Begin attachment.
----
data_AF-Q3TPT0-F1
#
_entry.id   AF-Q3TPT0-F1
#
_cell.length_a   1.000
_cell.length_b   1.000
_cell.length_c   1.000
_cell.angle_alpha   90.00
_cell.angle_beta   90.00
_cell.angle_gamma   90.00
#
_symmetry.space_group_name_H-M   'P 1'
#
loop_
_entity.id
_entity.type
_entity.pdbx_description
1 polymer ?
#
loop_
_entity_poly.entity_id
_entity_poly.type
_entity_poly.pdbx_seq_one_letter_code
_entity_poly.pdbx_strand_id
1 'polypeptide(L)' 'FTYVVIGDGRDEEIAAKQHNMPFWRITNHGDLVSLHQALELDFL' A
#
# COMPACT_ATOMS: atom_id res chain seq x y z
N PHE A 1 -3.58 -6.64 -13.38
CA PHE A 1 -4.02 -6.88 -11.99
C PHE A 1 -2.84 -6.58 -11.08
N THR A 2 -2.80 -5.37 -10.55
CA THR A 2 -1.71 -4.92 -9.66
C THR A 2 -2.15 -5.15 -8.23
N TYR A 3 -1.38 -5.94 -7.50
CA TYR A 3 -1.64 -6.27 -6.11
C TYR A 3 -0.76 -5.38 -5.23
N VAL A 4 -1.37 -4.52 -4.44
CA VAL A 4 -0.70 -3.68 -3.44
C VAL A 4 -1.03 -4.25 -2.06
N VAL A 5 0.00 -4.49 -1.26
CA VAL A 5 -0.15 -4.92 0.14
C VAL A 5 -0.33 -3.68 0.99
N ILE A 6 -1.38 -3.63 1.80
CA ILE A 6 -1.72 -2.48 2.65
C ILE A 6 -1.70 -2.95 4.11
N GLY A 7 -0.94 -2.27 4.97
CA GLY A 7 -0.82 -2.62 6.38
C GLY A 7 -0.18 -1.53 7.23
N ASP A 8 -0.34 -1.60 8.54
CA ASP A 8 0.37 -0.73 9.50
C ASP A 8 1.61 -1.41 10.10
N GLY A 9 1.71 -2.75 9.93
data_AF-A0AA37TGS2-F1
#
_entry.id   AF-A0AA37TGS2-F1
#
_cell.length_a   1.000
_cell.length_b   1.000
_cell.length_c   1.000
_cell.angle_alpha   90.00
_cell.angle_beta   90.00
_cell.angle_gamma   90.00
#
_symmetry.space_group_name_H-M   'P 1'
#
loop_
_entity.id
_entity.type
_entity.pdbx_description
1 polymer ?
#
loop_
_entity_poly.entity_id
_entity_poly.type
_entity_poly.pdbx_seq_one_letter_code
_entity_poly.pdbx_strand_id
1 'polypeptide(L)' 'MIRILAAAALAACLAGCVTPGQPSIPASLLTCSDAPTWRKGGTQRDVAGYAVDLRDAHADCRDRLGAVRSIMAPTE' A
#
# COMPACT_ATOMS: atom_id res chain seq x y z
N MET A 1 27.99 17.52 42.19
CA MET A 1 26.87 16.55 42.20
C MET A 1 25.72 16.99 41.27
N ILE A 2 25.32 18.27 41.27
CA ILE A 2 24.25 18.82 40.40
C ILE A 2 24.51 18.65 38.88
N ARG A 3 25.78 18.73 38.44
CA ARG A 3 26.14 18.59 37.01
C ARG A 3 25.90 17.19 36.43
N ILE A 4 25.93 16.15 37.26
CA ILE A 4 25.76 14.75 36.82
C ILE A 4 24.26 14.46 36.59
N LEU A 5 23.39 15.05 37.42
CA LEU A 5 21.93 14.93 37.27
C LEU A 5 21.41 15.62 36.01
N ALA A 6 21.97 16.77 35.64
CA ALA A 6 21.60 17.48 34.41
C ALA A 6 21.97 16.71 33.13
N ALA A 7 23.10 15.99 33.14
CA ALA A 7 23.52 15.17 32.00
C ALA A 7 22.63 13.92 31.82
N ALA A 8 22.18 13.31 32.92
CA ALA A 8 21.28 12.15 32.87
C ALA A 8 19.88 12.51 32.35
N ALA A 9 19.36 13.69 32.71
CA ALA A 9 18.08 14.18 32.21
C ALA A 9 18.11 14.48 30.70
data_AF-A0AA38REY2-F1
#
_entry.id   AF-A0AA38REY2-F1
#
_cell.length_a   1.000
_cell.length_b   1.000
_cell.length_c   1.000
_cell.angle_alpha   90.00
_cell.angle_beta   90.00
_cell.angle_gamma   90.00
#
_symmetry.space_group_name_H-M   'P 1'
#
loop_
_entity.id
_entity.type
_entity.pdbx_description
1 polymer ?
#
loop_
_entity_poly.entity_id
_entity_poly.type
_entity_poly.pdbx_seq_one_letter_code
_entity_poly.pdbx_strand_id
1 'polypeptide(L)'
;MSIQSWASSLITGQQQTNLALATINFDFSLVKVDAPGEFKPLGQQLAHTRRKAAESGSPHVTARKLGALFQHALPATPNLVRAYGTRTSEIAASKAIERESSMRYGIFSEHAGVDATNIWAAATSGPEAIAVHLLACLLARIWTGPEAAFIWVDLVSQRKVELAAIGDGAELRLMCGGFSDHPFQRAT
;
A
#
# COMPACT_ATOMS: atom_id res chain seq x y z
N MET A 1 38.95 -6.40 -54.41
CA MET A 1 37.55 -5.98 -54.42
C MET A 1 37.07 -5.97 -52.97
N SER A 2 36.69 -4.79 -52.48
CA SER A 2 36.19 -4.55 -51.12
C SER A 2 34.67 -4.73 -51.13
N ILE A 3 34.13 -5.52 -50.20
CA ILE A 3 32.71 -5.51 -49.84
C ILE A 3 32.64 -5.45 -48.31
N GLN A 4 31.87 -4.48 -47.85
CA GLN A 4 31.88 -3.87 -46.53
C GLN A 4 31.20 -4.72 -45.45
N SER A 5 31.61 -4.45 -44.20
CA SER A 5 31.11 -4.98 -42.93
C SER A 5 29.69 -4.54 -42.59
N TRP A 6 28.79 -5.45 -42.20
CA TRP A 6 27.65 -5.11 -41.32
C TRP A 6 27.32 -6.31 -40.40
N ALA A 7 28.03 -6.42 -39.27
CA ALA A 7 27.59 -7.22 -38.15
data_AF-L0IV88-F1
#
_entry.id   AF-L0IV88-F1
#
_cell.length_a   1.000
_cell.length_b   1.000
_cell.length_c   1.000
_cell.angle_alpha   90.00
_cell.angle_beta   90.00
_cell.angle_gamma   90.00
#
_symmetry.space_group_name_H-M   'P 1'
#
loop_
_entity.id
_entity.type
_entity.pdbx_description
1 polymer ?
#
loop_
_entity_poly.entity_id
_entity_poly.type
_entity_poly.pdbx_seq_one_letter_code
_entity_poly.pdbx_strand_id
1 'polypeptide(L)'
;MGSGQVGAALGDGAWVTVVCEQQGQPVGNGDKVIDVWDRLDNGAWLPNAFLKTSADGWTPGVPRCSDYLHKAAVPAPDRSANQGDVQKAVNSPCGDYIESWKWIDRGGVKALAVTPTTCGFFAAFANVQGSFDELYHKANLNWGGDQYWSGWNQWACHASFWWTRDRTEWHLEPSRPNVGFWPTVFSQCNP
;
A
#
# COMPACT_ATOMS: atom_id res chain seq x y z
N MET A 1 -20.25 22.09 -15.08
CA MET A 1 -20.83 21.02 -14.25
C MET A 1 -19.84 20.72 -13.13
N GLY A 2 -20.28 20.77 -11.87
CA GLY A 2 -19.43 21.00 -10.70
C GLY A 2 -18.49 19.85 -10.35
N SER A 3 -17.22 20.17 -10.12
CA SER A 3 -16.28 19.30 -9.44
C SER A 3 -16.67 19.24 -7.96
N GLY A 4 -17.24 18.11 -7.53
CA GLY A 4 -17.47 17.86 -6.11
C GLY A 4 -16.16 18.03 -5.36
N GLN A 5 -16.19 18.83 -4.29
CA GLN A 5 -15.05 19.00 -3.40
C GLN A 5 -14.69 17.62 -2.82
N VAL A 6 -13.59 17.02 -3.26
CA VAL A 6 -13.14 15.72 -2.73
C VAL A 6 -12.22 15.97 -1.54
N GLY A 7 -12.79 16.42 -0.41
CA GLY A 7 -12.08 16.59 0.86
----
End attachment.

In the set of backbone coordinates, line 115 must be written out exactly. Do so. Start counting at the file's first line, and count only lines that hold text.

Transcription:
_cell.angle_beta   90.00